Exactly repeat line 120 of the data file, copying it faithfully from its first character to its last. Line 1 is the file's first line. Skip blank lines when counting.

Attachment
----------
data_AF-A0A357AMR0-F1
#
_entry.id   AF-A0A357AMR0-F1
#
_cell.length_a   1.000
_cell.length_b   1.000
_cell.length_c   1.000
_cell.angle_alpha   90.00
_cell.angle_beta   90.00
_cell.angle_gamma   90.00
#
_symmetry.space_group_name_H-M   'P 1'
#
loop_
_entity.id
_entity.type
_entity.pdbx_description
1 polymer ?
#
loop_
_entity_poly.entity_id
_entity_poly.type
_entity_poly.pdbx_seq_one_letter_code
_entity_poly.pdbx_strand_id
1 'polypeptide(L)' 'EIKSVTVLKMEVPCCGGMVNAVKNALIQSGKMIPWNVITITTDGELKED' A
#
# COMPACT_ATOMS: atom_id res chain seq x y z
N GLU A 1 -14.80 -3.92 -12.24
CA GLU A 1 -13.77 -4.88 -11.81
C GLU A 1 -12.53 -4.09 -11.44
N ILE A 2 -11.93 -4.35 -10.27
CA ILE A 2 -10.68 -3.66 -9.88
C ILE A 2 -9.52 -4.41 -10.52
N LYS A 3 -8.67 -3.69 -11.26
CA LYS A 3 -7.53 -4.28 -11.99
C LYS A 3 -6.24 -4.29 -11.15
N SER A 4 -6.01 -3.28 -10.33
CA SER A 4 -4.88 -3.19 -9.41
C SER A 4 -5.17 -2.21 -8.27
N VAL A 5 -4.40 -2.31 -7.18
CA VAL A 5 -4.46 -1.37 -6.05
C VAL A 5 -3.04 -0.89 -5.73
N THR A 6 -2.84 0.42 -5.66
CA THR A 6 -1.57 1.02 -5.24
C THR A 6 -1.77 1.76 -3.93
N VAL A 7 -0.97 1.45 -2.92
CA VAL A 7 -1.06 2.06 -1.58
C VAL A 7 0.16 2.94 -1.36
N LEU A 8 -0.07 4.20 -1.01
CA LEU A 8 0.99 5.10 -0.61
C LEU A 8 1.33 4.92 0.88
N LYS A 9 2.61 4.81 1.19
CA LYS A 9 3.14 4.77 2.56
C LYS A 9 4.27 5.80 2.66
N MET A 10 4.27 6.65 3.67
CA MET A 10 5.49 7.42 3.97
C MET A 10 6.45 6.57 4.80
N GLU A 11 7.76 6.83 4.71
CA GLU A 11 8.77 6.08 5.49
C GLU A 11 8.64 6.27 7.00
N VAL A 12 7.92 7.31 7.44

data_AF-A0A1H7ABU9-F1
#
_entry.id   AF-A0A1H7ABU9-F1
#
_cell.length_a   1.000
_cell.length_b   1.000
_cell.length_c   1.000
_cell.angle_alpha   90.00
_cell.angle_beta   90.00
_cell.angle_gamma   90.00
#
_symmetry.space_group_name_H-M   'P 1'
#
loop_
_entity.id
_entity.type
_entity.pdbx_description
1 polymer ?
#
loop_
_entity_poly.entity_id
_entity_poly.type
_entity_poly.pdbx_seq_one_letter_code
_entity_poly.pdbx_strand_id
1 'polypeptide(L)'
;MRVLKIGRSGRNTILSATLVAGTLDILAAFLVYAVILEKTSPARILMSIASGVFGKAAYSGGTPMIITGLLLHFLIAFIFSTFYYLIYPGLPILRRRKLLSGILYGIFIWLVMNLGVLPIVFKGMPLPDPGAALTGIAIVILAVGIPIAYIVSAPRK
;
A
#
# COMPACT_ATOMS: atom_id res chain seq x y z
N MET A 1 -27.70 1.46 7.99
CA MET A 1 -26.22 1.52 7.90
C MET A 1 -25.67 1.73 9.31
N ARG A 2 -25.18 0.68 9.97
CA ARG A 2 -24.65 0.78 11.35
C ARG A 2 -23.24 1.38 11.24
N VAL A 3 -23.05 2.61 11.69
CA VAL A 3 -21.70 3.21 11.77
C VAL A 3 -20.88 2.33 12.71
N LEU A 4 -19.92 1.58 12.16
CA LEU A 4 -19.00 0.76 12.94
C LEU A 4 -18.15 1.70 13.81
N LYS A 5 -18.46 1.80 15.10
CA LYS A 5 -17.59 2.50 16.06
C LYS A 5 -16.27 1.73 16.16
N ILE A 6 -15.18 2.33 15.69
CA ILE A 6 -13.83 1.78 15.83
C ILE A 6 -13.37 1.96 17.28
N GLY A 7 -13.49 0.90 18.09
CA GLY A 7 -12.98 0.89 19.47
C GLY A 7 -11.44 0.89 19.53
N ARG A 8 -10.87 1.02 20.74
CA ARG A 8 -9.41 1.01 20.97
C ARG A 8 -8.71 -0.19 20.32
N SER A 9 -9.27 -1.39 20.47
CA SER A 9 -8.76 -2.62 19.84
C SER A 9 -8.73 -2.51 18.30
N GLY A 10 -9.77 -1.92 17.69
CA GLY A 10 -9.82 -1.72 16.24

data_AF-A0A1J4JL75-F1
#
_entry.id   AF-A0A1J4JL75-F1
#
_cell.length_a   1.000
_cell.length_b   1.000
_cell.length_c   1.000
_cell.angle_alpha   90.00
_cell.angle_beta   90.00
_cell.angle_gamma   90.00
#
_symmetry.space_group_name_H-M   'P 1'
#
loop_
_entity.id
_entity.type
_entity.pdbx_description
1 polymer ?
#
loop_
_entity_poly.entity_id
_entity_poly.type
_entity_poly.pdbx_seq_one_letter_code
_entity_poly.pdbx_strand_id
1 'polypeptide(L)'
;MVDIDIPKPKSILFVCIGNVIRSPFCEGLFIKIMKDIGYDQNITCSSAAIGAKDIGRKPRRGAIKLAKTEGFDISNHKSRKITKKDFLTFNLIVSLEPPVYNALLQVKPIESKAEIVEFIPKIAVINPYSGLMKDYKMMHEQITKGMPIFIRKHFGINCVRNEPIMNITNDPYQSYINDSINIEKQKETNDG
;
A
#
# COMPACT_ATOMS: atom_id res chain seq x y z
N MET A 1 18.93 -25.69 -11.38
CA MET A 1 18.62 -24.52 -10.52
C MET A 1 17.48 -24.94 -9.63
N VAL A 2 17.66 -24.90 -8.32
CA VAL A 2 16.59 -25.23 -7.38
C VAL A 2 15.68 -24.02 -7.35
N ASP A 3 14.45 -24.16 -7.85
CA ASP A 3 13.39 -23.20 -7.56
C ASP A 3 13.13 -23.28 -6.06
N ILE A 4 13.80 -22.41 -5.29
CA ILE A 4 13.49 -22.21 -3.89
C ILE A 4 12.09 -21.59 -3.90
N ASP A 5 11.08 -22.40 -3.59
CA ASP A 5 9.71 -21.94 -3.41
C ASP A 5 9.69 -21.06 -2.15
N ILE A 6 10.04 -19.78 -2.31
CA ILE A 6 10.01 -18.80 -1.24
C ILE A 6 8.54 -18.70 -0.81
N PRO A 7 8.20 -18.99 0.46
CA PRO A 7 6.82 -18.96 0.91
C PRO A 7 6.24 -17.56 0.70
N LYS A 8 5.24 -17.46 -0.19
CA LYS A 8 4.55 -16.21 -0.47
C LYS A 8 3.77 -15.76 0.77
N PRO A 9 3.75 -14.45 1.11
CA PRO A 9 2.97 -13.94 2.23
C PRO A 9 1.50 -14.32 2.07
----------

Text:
CA GLY A 10 -9.82 -1.72 16.24